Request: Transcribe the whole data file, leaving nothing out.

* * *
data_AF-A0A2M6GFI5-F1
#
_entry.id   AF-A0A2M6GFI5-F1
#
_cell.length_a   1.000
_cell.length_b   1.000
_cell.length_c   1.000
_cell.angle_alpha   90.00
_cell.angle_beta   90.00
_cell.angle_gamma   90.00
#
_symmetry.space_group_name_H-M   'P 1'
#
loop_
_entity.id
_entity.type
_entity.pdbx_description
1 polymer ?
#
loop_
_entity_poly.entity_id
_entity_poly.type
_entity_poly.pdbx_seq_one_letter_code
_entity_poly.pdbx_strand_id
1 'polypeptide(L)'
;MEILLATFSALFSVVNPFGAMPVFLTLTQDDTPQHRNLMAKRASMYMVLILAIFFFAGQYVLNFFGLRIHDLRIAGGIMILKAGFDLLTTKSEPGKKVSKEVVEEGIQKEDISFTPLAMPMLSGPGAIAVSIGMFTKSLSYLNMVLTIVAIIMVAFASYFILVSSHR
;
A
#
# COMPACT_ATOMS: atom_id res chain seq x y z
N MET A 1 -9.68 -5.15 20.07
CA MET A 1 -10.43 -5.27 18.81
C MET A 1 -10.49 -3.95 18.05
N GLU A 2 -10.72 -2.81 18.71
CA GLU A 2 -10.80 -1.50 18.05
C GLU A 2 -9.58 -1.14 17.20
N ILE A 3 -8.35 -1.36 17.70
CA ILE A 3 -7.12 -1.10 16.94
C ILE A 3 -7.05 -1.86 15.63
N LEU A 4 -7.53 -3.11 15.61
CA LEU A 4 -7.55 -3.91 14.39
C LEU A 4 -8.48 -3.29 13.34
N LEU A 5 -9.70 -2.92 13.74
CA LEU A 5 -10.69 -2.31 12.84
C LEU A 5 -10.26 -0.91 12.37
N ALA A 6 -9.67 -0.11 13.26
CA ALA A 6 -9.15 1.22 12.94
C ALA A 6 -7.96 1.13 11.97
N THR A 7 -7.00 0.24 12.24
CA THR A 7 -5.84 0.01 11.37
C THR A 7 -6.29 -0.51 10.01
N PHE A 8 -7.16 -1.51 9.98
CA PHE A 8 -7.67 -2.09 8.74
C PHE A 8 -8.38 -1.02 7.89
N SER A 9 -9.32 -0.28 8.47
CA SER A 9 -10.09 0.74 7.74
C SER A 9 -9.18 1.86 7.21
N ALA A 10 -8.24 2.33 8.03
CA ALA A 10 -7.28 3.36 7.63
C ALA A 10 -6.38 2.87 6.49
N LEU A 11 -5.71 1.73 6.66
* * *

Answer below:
data_AF-A0A2M6GFI5-F1
#
_entry.id   AF-A0A2M6GFI5-F1
#
_cell.length_a   1.000
_cell.length_b   1.000
_cell.length_c   1.000
_cell.angle_alpha   90.00
_cell.angle_beta   90.00
_cell.angle_gamma   90.00
#
_symmetry.space_group_name_H-M   'P 1'
#
loop_
_entity.id
_entity.type
_entity.pdbx_description
1 polymer ?
#
loop_
_entity_poly.entity_id
_entity_poly.type
_entity_poly.pdbx_seq_one_letter_code
_entity_poly.pdbx_strand_id
1 'polypeptide(L)'
;MEILLATFSALFSVVNPFGAMPVFLTLTQDDTPQHRNLMAKRASMYMVLILAIFFFAGQYVLNFFGLRIHDLRIAGGIMILKAGFDLLTTKSEPGKKVSKEVVEEGIQKEDISFTPLAMPMLSGPGAIAVSIGMFTKSLSYLNMVLTIVAIIMVAFASYFILVSSHR
;
A
#
# COMPACT_ATOMS: atom_id res chain seq x y z
N MET A 1 -9.68 -5.15 20.07
CA MET A 1 -10.43 -5.27 18.81
C MET A 1 -10.49 -3.95 18.05
N GLU A 2 -10.72 -2.81 18.71
CA GLU A 2 -10.80 -1.50 18.05
C GLU A 2 -9.58 -1.14 17.20
N ILE A 3 -8.35 -1.36 17.70
CA ILE A 3 -7.12 -1.10 16.94
C ILE A 3 -7.05 -1.86 15.63
N LEU A 4 -7.53 -3.11 15.61
CA LEU A 4 -7.55 -3.91 14.39
C LEU A 4 -8.48 -3.29 13.34
N LEU A 5 -9.70 -2.92 13.74
CA LEU A 5 -10.69 -2.31 12.84
C LEU A 5 -10.26 -0.91 12.37
N ALA A 6 -9.67 -0.11 13.26
CA ALA A 6 -9.15 1.22 12.94
C ALA A 6 -7.96 1.13 11.97
N THR A 7 -7.00 0.24 12.24
CA THR A 7 -5.84 0.01 11.37
C THR A 7 -6.29 -0.51 10.01
N PHE A 8 -7.16 -1.51 9.98
CA PHE A 8 -7.67 -2.09 8.74
C PHE A 8 -8.38 -1.02 7.89
N SER A 9 -9.32 -0.28 8.47
CA SER A 9 -10.09 0.74 7.74
C SER A 9 -9.18 1.86 7.21
N ALA A 10 -8.24 2.33 8.03
CA ALA A 10 -7.28 3.36 7.63
C ALA A 10 -6.38 2.87 6.49
N LEU A 11 -5.71 1.73 6.66